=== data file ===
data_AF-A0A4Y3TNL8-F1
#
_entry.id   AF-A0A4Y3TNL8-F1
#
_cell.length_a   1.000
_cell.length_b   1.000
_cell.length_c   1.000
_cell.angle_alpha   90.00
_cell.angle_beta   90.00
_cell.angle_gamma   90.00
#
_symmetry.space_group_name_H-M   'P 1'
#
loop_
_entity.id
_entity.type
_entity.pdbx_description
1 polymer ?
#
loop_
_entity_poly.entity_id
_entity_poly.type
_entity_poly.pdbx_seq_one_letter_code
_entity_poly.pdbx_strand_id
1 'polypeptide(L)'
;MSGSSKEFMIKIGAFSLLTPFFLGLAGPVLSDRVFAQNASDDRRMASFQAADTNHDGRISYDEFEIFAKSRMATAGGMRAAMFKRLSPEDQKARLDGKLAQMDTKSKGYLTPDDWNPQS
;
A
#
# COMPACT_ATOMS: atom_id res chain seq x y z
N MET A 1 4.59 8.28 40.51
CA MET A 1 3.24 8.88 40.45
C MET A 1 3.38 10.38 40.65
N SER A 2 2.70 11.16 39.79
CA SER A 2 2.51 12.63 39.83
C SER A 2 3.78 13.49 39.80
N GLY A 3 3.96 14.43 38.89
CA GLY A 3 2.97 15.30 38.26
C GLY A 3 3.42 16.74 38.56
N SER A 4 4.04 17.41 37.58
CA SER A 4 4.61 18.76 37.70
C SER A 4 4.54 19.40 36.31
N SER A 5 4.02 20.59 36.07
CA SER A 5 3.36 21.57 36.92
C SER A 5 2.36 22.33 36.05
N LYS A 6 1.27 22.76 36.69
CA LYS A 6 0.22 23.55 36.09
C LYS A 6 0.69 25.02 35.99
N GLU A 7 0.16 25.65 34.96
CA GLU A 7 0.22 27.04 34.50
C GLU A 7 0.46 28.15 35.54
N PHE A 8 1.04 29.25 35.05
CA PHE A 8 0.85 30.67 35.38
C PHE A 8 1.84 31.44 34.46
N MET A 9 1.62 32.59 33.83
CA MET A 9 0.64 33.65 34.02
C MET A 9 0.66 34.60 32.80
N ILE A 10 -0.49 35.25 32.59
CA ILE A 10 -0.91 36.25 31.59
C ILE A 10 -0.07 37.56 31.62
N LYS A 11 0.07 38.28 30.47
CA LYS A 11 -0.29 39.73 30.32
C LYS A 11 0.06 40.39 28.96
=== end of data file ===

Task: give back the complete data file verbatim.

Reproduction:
data_AF-A0A4Y3TNL8-F1
#
_entry.id   AF-A0A4Y3TNL8-F1
#
_cell.length_a   1.000
_cell.length_b   1.000
_cell.length_c   1.000
_cell.angle_alpha   90.00
_cell.angle_beta   90.00
_cell.angle_gamma   90.00
#
_symmetry.space_group_name_H-M   'P 1'
#
loop_
_entity.id
_entity.type
_entity.pdbx_description
1 polymer ?
#
loop_
_entity_poly.entity_id
_entity_poly.type
_entity_poly.pdbx_seq_one_letter_code
_entity_poly.pdbx_strand_id
1 'polypeptide(L)'
;MSGSSKEFMIKIGAFSLLTPFFLGLAGPVLSDRVFAQNASDDRRMASFQAADTNHDGRISYDEFEIFAKSRMATAGGMRAAMFKRLSPEDQKARLDGKLAQMDTKSKGYLTPDDWNPQS
;
A
#
# COMPACT_ATOMS: atom_id res chain seq x y z
N MET A 1 4.59 8.28 40.51
CA MET A 1 3.24 8.88 40.45
C MET A 1 3.38 10.38 40.65
N SER A 2 2.70 11.16 39.79
CA SER A 2 2.51 12.63 39.83
C SER A 2 3.78 13.49 39.80
N GLY A 3 3.96 14.43 38.89
CA GLY A 3 2.97 15.30 38.26
C GLY A 3 3.42 16.74 38.56
N SER A 4 4.04 17.41 37.58
CA SER A 4 4.61 18.76 37.70
C SER A 4 4.54 19.40 36.31
N SER A 5 4.02 20.59 36.07
CA SER A 5 3.36 21.57 36.92
C SER A 5 2.36 22.33 36.05
N LYS A 6 1.27 22.76 36.69
CA LYS A 6 0.22 23.55 36.09
C LYS A 6 0.69 25.02 35.99
N GLU A 7 0.16 25.65 34.96
CA GLU A 7 0.22 27.04 34.50
C GLU A 7 0.46 28.15 35.54
N PHE A 8 1.04 29.25 35.05
CA PHE A 8 0.85 30.67 35.38
C PHE A 8 1.84 31.44 34.46
N MET A 9 1.62 32.59 33.83
CA MET A 9 0.64 33.65 34.02
C MET A 9 0.66 34.60 32.80
N ILE A 10 -0.49 35.25 32.59
CA ILE A 10 -0.91 36.25 31.59
C ILE A 10 -0.07 37.56 31.62
N LYS A 11 0.07 38.28 30.47
CA LYS A 11 -0.29 39.73 30.32
C LYS A 11 0.06 40.39 28.96